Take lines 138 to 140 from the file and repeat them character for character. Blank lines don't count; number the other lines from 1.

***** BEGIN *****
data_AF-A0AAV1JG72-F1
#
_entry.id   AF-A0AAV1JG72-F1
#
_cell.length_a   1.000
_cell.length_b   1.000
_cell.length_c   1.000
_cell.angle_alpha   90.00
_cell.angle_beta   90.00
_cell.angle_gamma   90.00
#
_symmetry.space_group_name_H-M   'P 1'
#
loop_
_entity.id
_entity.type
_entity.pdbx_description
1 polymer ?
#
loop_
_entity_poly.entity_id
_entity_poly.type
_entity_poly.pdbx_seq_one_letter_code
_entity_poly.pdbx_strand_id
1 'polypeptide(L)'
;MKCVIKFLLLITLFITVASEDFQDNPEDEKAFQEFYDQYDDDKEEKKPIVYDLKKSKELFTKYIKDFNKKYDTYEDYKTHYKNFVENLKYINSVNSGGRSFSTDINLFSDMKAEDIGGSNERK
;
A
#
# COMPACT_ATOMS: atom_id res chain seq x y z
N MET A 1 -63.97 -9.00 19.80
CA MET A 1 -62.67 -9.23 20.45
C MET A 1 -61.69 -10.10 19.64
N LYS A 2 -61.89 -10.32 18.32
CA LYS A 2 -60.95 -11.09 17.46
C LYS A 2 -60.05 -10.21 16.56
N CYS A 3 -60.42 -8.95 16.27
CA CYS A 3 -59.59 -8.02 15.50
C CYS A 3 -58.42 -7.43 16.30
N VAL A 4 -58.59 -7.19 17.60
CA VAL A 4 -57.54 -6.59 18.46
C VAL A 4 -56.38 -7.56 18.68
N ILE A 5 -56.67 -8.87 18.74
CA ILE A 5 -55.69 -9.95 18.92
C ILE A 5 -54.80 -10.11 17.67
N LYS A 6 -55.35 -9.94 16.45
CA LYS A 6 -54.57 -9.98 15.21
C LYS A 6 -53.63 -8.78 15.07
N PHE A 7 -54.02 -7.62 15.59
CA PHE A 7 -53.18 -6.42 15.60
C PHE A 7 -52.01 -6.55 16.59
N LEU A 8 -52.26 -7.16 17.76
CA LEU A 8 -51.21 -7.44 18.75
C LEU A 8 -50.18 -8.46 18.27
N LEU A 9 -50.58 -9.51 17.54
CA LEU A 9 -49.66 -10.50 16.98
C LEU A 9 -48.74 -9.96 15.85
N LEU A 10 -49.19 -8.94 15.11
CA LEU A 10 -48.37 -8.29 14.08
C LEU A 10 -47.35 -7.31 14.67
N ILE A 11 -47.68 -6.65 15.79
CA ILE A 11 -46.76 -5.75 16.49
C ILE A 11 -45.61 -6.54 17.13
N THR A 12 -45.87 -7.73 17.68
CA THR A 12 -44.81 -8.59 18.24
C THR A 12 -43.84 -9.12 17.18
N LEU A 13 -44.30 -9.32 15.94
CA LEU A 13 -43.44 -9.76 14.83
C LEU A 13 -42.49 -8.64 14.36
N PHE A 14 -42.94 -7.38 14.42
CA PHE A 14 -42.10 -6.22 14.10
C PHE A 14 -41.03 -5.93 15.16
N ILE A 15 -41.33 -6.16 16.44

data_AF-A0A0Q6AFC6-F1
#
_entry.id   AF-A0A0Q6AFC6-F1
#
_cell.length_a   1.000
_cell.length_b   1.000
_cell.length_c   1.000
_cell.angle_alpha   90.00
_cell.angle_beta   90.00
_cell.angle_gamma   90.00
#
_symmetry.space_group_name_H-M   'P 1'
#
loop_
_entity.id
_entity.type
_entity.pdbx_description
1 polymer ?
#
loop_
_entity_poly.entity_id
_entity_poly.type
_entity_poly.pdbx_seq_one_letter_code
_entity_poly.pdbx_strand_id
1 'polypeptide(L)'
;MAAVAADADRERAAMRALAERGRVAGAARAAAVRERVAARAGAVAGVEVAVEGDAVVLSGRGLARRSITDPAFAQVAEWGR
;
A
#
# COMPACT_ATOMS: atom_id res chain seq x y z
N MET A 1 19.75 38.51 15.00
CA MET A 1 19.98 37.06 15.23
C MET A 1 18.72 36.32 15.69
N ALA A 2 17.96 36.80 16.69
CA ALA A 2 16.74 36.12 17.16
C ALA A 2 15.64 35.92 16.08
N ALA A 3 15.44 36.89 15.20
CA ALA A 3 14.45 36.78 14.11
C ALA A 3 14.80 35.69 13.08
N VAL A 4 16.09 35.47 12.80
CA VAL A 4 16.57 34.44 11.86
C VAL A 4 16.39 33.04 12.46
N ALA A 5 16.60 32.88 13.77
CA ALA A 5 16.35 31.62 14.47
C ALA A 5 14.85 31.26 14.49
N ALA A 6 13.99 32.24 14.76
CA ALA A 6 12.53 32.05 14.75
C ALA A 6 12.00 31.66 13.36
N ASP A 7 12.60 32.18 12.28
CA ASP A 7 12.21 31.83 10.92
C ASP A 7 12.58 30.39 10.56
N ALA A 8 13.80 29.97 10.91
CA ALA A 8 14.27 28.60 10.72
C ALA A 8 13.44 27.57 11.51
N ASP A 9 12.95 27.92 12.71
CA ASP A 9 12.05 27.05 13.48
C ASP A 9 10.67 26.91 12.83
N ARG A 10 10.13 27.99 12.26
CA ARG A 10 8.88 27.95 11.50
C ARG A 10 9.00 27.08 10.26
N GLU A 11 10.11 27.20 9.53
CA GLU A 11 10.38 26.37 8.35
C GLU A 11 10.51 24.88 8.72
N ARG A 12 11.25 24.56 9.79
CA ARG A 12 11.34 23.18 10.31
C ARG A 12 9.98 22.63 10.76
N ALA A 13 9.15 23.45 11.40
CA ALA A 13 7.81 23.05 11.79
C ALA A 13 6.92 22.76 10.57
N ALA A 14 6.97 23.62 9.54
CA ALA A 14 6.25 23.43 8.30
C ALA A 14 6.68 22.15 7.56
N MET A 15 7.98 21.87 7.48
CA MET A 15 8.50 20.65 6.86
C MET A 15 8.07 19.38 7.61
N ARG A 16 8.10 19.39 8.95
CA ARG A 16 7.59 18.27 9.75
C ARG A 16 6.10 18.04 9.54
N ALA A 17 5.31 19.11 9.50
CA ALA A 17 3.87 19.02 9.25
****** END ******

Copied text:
CA ARG A 12 11.34 23.18 10.31
C ARG A 12 9.98 22.63 10.76
N ALA A 13 9.15 23.45 11.40